• Yes, all courses are theoretical at this level. It is recommended that students start with at least some of the courses, but they can do dissertation work alongside. Since they are supposed to have submitted quite a detailed research plan when applying, they can usually start their research work straight away as well.
  • All students are encouraged to participate in seminars etc in other departments, according to their own interest. There is a Nordic network for TS scholars, with quite a few PhD students as members. There is no national research school focusing on TS.
  • Length 150-200 pages; recommended in an “international” language, but dissertation in the area of Swedish/Nordic languages will be in Swedish; time limit for completion: 2-2,5 years; in humanities either a monograph or based on articles.
  • Yes, there are scholarships to be applied for.
  • As a rule, the supervisor will be someone from the department where the PhD student is studying – TS people are at an immediate disadvantage here, since there is no such program, cf. above. Formal qualification: senior researcher. Supervisor from other department, university, or country: usually only within the framework of joint supervision. As for definitions of the role of supervisors, there are such attempts, both at local level, and at national level. There are also courses for supervisors.
  • Usually one-two. Joint supervision is quite common, becoming even more so, a recommended practice.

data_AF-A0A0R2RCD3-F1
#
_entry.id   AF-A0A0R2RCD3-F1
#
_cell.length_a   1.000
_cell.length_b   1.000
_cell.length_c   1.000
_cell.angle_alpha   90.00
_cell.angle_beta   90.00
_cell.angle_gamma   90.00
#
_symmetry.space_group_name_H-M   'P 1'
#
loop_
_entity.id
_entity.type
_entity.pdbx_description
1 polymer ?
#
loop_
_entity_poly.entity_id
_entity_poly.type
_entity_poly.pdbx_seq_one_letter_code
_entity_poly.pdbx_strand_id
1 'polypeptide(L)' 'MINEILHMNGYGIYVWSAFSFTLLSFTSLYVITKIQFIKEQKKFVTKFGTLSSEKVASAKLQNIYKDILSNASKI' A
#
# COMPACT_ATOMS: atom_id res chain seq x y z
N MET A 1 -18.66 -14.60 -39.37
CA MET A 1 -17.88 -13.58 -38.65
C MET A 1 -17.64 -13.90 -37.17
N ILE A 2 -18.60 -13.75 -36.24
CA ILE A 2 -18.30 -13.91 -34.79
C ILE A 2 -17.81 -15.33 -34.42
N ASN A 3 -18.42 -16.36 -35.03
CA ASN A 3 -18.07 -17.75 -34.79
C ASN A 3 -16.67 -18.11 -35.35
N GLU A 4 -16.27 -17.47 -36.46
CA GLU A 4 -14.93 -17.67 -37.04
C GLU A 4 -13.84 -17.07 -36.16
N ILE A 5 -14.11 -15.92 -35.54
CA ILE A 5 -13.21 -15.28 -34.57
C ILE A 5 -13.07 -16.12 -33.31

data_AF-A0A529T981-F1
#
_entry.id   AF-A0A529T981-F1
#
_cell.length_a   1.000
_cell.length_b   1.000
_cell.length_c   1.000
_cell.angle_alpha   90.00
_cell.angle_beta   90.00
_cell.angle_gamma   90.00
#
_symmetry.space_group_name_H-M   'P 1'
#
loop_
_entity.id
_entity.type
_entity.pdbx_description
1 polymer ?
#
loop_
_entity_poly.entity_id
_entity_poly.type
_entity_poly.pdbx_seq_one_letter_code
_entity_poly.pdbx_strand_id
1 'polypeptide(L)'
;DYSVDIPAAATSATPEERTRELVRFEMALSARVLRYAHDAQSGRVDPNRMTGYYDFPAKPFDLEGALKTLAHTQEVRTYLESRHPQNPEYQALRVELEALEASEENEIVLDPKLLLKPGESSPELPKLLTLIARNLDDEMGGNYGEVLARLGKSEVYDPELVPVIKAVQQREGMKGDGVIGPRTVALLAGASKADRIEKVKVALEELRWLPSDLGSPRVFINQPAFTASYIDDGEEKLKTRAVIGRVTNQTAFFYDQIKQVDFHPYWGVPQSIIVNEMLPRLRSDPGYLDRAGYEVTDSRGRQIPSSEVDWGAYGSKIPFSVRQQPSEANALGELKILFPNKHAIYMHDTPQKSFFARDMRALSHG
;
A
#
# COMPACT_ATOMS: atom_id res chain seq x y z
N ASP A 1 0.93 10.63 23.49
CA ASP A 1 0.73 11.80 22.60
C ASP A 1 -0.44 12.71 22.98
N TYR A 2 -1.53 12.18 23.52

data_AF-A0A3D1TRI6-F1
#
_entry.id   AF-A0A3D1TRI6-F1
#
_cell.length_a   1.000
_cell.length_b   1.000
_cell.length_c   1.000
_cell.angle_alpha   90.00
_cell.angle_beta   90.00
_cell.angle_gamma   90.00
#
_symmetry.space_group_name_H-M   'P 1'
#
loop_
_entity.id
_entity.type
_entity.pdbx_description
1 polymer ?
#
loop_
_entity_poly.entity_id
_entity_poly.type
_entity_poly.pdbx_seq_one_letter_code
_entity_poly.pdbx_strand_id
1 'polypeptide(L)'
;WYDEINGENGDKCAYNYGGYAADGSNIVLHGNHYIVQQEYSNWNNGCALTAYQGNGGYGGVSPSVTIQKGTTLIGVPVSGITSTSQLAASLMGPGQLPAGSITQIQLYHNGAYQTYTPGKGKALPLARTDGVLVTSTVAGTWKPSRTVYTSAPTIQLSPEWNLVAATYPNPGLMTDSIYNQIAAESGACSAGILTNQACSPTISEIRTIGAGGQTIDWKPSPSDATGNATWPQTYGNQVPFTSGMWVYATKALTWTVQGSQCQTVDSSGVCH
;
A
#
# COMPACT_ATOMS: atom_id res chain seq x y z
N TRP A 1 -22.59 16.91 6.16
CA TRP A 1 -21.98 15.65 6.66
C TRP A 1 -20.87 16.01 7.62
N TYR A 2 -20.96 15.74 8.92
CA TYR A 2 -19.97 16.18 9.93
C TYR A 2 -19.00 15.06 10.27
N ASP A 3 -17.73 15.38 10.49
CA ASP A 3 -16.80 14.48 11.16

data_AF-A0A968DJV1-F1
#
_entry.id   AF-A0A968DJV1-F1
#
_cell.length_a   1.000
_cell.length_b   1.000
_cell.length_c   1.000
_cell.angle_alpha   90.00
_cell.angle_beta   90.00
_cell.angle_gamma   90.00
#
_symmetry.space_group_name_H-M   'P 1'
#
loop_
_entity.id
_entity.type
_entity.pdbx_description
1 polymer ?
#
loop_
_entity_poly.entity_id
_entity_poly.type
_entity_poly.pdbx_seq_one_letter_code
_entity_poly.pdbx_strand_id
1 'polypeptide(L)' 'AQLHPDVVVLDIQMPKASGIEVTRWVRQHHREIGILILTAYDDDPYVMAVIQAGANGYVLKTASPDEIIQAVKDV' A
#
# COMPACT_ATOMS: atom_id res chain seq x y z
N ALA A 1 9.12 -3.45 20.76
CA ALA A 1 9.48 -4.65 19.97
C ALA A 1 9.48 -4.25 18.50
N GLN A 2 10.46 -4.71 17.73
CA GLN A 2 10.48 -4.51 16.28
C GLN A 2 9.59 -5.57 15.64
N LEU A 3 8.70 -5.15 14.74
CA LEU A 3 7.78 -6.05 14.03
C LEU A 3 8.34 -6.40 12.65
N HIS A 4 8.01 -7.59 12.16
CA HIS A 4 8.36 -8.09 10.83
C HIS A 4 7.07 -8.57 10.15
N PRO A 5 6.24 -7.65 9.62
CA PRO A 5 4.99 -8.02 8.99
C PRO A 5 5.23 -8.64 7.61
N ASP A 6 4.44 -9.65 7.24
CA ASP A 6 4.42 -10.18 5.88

• This is probably different with every student – supervisor dyads. But I think that there is more and more of structuring going on. The student is every year supposed to fill in and update an individual plan of study, which is handed in to the faculty. Here, progress is closely monitored.
  • Dissertation is defended at a public defense, with an opponent appointed by the faculty. A committee of usually three members decides on pass or fail – opponent will take part in these discussions, but not in the decision. There is no external assessment before the public defense. However, if a committee member finds before the defense that he/she will not be able to give the dissertation the pass grade, he/she is supposed to (at least in Stockholm) contact the university beforehand, so that the defense could be stopped.
  • Yes, dissertation must be published not later than three weeks before the defense. In humanities, at least, there must be a book (even if the dissertation is a collection of articles), printed in at least a small number of copies.
  • Strength: traditionally, very good quality of most dissertations, thanks to the fact that they are published.
    Weaknesses: of course the fact that there is no PhD program in TS… And the financing problem mentioned above. It can take quite a lot of work (done by senior researchers!) to find funding for the salary for the PhD candidate, to be able to accept a promising candidate. And if a candidate is accepted on “his/her own funding” (i e having a work outside academia), you as supervisor will feel constantly pressed to try and find funding for the student to enable him/her to finish the PhD faster.